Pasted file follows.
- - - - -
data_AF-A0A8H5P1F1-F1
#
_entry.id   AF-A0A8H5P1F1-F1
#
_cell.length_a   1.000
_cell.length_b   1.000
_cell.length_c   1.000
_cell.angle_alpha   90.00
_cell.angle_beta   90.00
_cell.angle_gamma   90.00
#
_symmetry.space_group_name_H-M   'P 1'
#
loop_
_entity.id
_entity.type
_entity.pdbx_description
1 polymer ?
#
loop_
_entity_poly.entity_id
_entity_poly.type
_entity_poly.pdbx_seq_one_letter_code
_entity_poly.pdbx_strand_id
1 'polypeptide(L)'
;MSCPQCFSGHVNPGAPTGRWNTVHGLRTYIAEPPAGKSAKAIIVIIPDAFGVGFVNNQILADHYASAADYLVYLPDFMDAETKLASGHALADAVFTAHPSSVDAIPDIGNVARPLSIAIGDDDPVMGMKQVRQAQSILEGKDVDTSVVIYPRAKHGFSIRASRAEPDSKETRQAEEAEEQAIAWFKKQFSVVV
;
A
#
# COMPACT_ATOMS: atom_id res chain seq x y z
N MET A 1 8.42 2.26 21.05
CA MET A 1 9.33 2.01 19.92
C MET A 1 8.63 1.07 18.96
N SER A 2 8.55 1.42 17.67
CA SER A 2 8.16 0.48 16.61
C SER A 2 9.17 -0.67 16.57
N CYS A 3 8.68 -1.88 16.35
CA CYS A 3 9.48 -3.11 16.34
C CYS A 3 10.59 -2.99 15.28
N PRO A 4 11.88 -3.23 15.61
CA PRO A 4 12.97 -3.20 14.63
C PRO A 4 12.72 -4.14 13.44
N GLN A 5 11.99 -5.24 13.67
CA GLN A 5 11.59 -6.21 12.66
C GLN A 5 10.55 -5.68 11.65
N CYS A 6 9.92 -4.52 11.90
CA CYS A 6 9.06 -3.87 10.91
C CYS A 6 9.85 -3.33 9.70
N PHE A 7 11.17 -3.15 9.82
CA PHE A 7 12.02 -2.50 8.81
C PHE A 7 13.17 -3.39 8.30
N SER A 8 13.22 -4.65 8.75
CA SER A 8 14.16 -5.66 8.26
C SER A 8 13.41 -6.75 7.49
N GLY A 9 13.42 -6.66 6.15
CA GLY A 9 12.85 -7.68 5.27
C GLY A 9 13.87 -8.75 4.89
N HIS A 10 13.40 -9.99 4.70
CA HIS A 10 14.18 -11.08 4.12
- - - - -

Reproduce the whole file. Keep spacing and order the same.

data_AF-A0A8H5P1F1-F1
#
_entry.id   AF-A0A8H5P1F1-F1
#
_cell.length_a   1.000
_cell.length_b   1.000
_cell.length_c   1.000
_cell.angle_alpha   90.00
_cell.angle_beta   90.00
_cell.angle_gamma   90.00
#
_symmetry.space_group_name_H-M   'P 1'
#
loop_
_entity.id
_entity.type
_entity.pdbx_description
1 polymer ?
#
loop_
_entity_poly.entity_id
_entity_poly.type
_entity_poly.pdbx_seq_one_letter_code
_entity_poly.pdbx_strand_id
1 'polypeptide(L)'
;MSCPQCFSGHVNPGAPTGRWNTVHGLRTYIAEPPAGKSAKAIIVIIPDAFGVGFVNNQILADHYASAADYLVYLPDFMDAETKLASGHALADAVFTAHPSSVDAIPDIGNVARPLSIAIGDDDPVMGMKQVRQAQSILEGKDVDTSVVIYPRAKHGFSIRASRAEPDSKETRQAEEAEEQAIAWFKKQFSVVV
;
A
#
# COMPACT_ATOMS: atom_id res chain seq x y z
N MET A 1 8.42 2.26 21.05
CA MET A 1 9.33 2.01 19.92
C MET A 1 8.63 1.07 18.96
N SER A 2 8.55 1.42 17.67
CA SER A 2 8.16 0.48 16.61
C SER A 2 9.17 -0.67 16.57
N CYS A 3 8.68 -1.88 16.35
CA CYS A 3 9.48 -3.11 16.34
C CYS A 3 10.59 -2.99 15.28
N PRO A 4 11.88 -3.23 15.61
CA PRO A 4 12.97 -3.20 14.63
C PRO A 4 12.72 -4.14 13.44
N GLN A 5 11.99 -5.24 13.67
CA GLN A 5 11.59 -6.21 12.66
C GLN A 5 10.55 -5.68 11.65
N CYS A 6 9.92 -4.52 11.90
CA CYS A 6 9.06 -3.87 10.91
C CYS A 6 9.85 -3.33 9.70
N PHE A 7 11.17 -3.15 9.82
CA PHE A 7 12.02 -2.50 8.81
C PHE A 7 13.17 -3.39 8.30
N SER A 8 13.22 -4.65 8.75
CA SER A 8 14.16 -5.66 8.26
C SER A 8 13.41 -6.75 7.49
N GLY A 9 13.42 -6.66 6.15
CA GLY A 9 12.85 -7.68 5.27
C GLY A 9 13.87 -8.75 4.89
N HIS A 10 13.40 -9.99 4.70
CA HIS A 10 14.18 -11.08 4.12